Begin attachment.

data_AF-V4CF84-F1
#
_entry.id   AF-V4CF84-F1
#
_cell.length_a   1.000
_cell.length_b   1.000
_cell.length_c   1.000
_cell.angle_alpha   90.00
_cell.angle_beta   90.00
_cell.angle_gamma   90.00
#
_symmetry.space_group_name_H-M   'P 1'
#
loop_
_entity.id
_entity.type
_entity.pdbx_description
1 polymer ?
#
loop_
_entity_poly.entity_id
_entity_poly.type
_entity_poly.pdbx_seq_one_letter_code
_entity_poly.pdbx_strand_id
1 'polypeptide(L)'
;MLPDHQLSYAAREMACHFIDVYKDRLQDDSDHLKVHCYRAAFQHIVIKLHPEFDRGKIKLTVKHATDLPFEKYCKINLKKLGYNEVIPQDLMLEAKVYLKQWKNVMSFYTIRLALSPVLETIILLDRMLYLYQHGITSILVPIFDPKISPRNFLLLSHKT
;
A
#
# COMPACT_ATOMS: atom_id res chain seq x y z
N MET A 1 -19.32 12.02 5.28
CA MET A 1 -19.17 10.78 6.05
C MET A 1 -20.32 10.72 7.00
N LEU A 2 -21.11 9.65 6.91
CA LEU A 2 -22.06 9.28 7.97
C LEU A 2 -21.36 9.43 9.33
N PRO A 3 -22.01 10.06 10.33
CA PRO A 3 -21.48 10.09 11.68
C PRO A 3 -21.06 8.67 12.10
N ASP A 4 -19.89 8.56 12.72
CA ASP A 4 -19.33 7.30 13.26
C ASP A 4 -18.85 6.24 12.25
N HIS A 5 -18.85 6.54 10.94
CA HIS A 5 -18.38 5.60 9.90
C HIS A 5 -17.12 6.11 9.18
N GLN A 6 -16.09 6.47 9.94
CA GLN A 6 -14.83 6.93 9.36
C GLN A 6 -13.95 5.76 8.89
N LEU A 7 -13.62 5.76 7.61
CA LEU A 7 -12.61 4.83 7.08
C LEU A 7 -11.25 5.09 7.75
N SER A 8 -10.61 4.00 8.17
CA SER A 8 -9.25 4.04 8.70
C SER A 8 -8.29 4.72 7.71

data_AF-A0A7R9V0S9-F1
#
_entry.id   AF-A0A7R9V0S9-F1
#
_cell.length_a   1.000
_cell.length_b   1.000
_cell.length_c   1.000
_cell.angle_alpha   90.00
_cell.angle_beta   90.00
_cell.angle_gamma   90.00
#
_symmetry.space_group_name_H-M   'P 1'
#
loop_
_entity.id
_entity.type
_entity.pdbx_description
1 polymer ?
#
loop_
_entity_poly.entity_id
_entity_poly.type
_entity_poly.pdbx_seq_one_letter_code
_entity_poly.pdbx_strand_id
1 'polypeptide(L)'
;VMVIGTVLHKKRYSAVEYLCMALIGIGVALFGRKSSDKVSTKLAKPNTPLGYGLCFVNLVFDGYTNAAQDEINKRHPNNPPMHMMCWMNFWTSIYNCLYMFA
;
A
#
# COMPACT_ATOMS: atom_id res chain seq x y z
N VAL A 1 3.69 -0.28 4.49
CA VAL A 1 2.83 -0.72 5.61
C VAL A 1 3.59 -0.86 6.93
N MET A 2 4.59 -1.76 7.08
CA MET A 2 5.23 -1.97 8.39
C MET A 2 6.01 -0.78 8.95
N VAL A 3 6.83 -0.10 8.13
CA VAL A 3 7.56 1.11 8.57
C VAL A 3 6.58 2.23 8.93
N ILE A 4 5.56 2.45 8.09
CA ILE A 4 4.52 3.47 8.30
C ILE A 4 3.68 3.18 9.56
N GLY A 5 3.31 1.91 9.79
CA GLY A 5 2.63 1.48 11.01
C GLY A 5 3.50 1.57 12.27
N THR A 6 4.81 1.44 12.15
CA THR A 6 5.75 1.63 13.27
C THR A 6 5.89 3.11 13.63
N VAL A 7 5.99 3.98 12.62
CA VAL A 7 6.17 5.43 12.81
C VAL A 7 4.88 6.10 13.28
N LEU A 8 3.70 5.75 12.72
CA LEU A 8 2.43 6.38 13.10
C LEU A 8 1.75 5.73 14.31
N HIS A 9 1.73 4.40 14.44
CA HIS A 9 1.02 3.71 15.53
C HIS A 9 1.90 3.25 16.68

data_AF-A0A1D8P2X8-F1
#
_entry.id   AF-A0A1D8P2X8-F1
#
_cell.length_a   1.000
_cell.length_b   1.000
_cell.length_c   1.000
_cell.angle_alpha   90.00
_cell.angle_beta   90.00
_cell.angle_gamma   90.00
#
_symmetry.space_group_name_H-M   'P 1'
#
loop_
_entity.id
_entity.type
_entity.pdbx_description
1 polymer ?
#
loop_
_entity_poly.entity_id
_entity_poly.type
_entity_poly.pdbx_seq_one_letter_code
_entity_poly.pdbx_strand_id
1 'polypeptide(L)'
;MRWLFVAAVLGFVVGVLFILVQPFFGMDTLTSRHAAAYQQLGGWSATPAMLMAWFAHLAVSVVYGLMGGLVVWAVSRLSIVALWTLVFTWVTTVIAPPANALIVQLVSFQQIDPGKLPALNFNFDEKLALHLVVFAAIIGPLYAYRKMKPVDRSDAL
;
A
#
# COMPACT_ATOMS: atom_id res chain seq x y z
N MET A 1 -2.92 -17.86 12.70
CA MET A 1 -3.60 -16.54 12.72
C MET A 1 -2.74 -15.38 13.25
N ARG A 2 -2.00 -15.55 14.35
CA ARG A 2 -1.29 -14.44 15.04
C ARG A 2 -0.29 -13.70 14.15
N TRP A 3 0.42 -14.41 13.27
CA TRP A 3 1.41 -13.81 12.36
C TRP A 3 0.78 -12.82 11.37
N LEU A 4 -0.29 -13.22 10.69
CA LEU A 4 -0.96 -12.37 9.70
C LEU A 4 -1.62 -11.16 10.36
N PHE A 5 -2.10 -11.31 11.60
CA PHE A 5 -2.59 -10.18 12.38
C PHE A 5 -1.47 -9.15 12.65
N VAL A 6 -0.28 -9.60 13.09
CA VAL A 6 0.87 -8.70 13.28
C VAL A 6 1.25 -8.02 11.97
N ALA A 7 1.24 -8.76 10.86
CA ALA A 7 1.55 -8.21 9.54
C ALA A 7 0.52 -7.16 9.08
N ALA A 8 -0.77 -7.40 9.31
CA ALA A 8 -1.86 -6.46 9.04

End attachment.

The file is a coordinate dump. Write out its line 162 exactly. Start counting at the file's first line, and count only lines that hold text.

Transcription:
C ALA A 7 0.52 -7.16 9.08